Armenia and Azerbaijan ceasefire fails to hold

Armenia and Azerbaijan agreed to a Russia-brokered ceasefire yesterday, but immediately accused each other of derailing the deal intended to end the worst outbreak of hostilities in the separatist region in more than 25 years.

Saturday, 10th October 2020, 11:58 pm
Azerbaijan's solders walk in a formation in the separatist region of Nagorno-Karabakh. Picture: Azerbaijan's DefenCe Ministry/AP
Azerbaijan's solders walk in a formation in the separatist region of Nagorno-Karabakh. Picture: Azerbaijan's DefenCe Ministry/AP

The two sides traded blame for breaking the truce, which took effect at noon, with new attacks. Azerbaijan 's top diplomat said the truce never entered force.

The cease fire annou ncement came overnight after ten hours of talks in Moscow sponsored by Russian Foreign Minister Sergey Lavrov. The deal stipulated that the ceasefire should pave the way for talks on settling the conflict.

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If the truce holds, it would mark a major diplomatic coup for Russia, which has a security pact with Armenia but also cultivated warm ties with Azerbaijan. But the agreement was immediately challenged by mutual claims of violations.

Russian Foreign Minister Sergey Lavrov reads a statement after he leads talks of Armenia and Azerbaijan foreign ministers in Moscow. Picture: AP

Minutes after the truce took force, the Armenian military accused Azerbaijan of shelling the area near the town of Kapan in south-eastern Armenia, killing one civilian. Azerbaijan's defence ministry rejected the Armenian accusations as a “provocation”.

The Azerbaijani military, in turn, accused Armenia of striking the Terter and Agdam regions of Azerbaijan with missiles and attempting to launch offensives in the Agdere-Terter and the Fizuli-Jabrail areas.

Azerbaijan's foreign minister, Jeyhun Bayramov, insisted that “conditions for implementing the humanitarian ceasefire are currently missing” amid the continuing Armenian shelling.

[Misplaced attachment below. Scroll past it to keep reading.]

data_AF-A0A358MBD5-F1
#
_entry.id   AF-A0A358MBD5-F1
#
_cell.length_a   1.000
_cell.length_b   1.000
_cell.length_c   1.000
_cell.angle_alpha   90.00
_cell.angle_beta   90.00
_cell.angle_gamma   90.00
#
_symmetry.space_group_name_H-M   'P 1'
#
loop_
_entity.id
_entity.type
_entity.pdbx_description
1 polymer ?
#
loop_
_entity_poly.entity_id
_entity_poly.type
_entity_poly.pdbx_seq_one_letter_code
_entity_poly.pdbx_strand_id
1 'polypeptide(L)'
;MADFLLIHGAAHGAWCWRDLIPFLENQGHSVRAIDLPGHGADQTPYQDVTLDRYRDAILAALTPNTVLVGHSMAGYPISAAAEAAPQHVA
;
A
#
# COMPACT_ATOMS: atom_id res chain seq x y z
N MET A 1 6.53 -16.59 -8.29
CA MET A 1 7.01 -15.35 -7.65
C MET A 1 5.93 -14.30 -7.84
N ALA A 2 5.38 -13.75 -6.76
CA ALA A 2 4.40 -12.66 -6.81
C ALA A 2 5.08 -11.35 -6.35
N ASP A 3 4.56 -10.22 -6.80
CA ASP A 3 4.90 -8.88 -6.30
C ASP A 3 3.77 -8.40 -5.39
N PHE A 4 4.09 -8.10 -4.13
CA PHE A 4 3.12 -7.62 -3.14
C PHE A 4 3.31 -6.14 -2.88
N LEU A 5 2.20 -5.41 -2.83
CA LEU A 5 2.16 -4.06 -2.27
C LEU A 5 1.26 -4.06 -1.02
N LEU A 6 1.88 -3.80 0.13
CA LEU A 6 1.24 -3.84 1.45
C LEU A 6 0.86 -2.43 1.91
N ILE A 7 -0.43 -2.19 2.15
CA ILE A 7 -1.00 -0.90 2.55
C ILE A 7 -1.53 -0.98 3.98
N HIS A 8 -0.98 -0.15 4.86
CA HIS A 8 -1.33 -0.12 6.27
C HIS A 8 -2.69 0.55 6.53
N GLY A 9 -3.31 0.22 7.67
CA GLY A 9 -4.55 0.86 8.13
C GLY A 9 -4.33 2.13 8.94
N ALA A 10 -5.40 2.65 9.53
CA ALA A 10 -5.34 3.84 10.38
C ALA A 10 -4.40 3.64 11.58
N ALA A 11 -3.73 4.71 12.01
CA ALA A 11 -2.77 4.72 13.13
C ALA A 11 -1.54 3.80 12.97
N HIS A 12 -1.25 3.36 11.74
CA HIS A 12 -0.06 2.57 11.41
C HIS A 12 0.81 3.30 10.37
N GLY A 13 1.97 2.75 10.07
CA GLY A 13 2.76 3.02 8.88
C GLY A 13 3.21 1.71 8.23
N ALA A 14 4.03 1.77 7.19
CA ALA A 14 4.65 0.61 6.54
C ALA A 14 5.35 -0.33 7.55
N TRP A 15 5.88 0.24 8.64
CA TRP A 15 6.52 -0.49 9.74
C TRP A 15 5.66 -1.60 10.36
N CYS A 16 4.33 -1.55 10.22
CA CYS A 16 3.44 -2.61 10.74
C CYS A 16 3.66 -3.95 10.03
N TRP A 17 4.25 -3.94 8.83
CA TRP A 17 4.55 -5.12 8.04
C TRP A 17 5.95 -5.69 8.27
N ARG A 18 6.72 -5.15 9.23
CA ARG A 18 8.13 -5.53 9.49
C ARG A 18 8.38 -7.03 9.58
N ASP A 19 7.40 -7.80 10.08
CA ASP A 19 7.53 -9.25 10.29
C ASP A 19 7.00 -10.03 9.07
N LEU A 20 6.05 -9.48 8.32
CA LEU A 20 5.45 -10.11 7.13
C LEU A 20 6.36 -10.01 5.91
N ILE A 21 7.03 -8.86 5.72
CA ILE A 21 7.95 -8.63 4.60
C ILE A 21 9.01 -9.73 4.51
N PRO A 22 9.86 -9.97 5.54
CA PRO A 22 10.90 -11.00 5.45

Armenia's defence ministry denied any truce violations by the Armenian forces.

The latest outburst of fighting between Azerbaijani and Armenian forces began September 27 and left hundreds of people dead in the biggest escalation of the decades-old conflict over the Nagorno-Karabakh region since a separatist war there ended in 1994. The region lies in Azerbaijan but has been under control of ethnic Armenian forces backed by Armenia.

Since the start of the latest fighting, Armenia said it was open to a cease fire, while Azerbaijan insisted that it should be conditional on the Armenian forces' withdrawal from Nagorno-Karabakh, arguing that the failure of international efforts to negotiate a political settlement left it no other choice but to resort to force.

The foreign ministers of Armenia and Azerbaijan signed the truce in Moscow after Russian President Vladimir Putin had brokered it in a series of calls with President Ilham Aliyev of Azerbaijan and Armenia's Prime Minister Nikol Pashinian. Russia has previously co-sponsored peace talks on Nagorno-Karabakh together with the United States and France as co-chairs of the so-called Minsk Group. They haven't produced any deal, leaving Azerbaijan exasperated.

Speaking hours before the ceasefire deal was reached, the Azerbaijani president insisted on his country's right to reclaim its territory by force after nearly three decades of international talks that “haven't yielded an inch of progress”.